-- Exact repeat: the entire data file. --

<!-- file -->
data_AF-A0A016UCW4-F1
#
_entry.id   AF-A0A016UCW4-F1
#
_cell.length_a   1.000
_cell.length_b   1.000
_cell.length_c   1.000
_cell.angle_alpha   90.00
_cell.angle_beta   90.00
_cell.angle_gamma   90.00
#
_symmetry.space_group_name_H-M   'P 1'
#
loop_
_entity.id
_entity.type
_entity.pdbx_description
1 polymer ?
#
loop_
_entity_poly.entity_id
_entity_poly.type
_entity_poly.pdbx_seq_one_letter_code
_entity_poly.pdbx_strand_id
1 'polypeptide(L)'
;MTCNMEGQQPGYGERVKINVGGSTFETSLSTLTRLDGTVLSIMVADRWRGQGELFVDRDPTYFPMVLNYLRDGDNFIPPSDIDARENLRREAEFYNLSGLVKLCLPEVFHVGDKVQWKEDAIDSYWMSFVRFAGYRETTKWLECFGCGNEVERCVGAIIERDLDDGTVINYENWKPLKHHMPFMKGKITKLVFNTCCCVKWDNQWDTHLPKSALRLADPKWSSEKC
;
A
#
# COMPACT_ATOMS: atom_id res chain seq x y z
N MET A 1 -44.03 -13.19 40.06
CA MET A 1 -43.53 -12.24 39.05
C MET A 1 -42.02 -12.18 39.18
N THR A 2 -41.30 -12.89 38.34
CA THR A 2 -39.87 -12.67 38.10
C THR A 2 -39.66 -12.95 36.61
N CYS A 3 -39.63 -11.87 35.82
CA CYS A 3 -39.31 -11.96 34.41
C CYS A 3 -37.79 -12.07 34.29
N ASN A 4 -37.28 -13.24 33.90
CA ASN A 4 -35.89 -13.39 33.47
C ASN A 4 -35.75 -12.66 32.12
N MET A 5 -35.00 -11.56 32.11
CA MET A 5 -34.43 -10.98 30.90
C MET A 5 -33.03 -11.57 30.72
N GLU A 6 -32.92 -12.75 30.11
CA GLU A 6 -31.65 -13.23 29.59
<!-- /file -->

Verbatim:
data_AF-A0A016UCW4-F1
#
_entry.id   AF-A0A016UCW4-F1
#
_cell.length_a   1.000
_cell.length_b   1.000
_cell.length_c   1.000
_cell.angle_alpha   90.00
_cell.angle_beta   90.00
_cell.angle_gamma   90.00
#
_symmetry.space_group_name_H-M   'P 1'
#
loop_
_entity.id
_entity.type
_entity.pdbx_description
1 polymer ?
#
loop_
_entity_poly.entity_id
_entity_poly.type
_entity_poly.pdbx_seq_one_letter_code
_entity_poly.pdbx_strand_id
1 'polypeptide(L)'
;MTCNMEGQQPGYGERVKINVGGSTFETSLSTLTRLDGTVLSIMVADRWRGQGELFVDRDPTYFPMVLNYLRDGDNFIPPSDIDARENLRREAEFYNLSGLVKLCLPEVFHVGDKVQWKEDAIDSYWMSFVRFAGYRETTKWLECFGCGNEVERCVGAIIERDLDDGTVINYENWKPLKHHMPFMKGKITKLVFNTCCCVKWDNQWDTHLPKSALRLADPKWSSEKC
;
A
#
# COMPACT_ATOMS: atom_id res chain seq x y z
N MET A 1 -44.03 -13.19 40.06
CA MET A 1 -43.53 -12.24 39.05
C MET A 1 -42.02 -12.18 39.18
N THR A 2 -41.30 -12.89 38.34
CA THR A 2 -39.87 -12.67 38.10
C THR A 2 -39.66 -12.95 36.61
N CYS A 3 -39.63 -11.87 35.82
CA CYS A 3 -39.31 -11.96 34.41
C CYS A 3 -37.79 -12.07 34.29
N ASN A 4 -37.28 -13.24 33.90
CA ASN A 4 -35.89 -13.39 33.47
C ASN A 4 -35.75 -12.66 32.12
N MET A 5 -35.00 -11.56 32.11
CA MET A 5 -34.43 -10.98 30.90
C MET A 5 -33.03 -11.57 30.72
N GLU A 6 -32.92 -12.75 30.11
CA GLU A 6 -31.65 -13.23 29.59